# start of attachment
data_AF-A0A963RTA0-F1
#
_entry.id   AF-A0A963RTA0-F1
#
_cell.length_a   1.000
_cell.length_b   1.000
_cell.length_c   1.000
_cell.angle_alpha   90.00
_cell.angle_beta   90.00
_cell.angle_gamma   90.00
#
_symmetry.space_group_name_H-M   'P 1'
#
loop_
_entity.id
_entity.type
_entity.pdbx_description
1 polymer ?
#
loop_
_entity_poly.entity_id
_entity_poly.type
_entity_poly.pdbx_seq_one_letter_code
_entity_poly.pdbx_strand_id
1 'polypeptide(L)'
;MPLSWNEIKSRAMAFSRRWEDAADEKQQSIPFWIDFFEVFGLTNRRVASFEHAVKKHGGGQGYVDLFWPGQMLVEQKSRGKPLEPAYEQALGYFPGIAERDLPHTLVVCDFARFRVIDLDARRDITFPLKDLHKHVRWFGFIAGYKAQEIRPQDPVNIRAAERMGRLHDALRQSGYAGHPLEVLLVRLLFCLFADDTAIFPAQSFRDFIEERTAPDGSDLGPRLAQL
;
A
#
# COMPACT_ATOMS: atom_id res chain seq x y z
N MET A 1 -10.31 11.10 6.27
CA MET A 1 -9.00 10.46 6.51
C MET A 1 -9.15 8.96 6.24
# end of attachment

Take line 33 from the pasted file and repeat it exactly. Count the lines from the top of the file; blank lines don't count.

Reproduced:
C MET A 1 -9.15 8.96 6.24